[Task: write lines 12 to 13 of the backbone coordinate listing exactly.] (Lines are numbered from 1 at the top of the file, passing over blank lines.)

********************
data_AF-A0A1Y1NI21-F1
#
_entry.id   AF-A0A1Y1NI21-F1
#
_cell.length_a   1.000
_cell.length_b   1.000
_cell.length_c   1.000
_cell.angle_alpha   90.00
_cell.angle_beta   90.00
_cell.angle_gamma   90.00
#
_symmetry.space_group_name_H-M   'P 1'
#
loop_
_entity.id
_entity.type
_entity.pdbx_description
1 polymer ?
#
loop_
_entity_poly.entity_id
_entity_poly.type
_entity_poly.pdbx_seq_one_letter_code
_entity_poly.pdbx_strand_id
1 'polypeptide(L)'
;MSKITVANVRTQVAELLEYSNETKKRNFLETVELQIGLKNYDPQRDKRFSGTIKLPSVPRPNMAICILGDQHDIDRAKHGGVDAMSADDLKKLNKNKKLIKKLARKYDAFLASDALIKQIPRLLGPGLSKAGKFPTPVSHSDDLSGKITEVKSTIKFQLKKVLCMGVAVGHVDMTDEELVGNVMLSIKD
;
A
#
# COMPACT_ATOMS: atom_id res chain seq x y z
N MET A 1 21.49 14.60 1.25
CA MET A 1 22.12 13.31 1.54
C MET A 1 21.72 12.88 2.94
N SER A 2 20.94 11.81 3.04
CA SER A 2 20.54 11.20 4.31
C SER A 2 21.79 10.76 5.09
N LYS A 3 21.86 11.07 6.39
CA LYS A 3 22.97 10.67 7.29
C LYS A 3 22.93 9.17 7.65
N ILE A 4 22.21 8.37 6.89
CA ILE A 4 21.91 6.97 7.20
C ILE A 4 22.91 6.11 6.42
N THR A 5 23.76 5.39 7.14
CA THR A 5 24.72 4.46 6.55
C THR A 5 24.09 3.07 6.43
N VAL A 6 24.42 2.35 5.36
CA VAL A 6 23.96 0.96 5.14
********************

_symmetry.space_group_name_H-M   'P 1'
#